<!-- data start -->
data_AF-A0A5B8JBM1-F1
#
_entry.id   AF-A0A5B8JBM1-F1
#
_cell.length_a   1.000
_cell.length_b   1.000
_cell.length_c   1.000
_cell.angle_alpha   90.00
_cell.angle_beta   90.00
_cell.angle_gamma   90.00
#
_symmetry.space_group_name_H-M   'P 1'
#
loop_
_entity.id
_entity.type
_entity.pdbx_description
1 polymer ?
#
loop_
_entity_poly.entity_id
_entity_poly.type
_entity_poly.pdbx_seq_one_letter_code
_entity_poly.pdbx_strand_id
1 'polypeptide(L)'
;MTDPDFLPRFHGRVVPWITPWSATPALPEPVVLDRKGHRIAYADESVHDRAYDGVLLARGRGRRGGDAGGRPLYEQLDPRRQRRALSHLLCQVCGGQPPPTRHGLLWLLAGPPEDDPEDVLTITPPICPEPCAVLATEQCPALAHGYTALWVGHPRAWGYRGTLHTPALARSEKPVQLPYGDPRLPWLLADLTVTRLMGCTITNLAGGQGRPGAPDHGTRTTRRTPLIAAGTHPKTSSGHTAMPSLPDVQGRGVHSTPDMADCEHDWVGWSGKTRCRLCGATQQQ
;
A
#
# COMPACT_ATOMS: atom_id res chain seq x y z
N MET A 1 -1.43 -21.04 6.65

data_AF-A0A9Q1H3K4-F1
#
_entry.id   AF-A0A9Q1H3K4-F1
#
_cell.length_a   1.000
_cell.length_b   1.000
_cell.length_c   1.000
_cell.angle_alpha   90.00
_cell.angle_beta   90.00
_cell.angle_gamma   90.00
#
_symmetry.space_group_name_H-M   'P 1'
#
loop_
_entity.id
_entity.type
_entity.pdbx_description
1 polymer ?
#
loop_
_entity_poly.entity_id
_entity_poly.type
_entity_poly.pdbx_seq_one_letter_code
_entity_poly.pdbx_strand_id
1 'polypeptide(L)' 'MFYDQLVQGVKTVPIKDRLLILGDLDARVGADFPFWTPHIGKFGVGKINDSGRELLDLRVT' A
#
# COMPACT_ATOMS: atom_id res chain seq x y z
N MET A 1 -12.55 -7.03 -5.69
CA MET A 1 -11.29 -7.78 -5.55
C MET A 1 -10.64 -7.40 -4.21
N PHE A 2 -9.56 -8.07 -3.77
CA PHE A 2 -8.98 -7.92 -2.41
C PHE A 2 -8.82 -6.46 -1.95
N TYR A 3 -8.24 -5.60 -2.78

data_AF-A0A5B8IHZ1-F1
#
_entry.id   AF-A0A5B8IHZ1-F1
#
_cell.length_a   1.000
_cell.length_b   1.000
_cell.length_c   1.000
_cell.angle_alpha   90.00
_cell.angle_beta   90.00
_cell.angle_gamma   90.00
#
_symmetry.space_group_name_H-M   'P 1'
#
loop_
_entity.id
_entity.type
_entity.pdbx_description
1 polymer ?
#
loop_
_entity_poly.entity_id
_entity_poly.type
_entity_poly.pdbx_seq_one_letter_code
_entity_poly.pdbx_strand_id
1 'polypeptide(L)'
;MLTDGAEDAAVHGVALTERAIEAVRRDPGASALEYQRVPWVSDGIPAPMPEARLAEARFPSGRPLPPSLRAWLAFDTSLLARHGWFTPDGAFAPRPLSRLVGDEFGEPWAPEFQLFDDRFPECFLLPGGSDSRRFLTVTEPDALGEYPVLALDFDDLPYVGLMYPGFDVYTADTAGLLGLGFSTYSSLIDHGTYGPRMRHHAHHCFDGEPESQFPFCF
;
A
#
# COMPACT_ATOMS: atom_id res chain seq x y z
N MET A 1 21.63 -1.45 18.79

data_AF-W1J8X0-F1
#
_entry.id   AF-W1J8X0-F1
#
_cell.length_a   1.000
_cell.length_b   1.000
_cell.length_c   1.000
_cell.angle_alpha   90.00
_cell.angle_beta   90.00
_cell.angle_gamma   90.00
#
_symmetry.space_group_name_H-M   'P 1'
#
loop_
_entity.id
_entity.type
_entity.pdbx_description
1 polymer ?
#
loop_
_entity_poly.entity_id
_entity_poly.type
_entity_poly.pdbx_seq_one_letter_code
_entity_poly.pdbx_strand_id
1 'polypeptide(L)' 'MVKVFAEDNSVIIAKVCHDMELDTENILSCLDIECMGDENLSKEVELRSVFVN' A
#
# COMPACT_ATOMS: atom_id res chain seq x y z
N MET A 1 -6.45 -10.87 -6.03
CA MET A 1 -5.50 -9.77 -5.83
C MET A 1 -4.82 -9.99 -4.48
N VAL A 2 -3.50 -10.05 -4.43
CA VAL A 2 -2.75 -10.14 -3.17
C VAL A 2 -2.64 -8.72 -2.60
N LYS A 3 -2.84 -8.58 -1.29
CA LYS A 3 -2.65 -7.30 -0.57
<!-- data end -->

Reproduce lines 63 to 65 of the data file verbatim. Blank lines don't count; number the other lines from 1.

CA PHE A 2 -8.98 -7.92 -2.41
C PHE A 2 -8.82 -6.46 -1.95
N TYR A 3 -8.24 -5.60 -2.78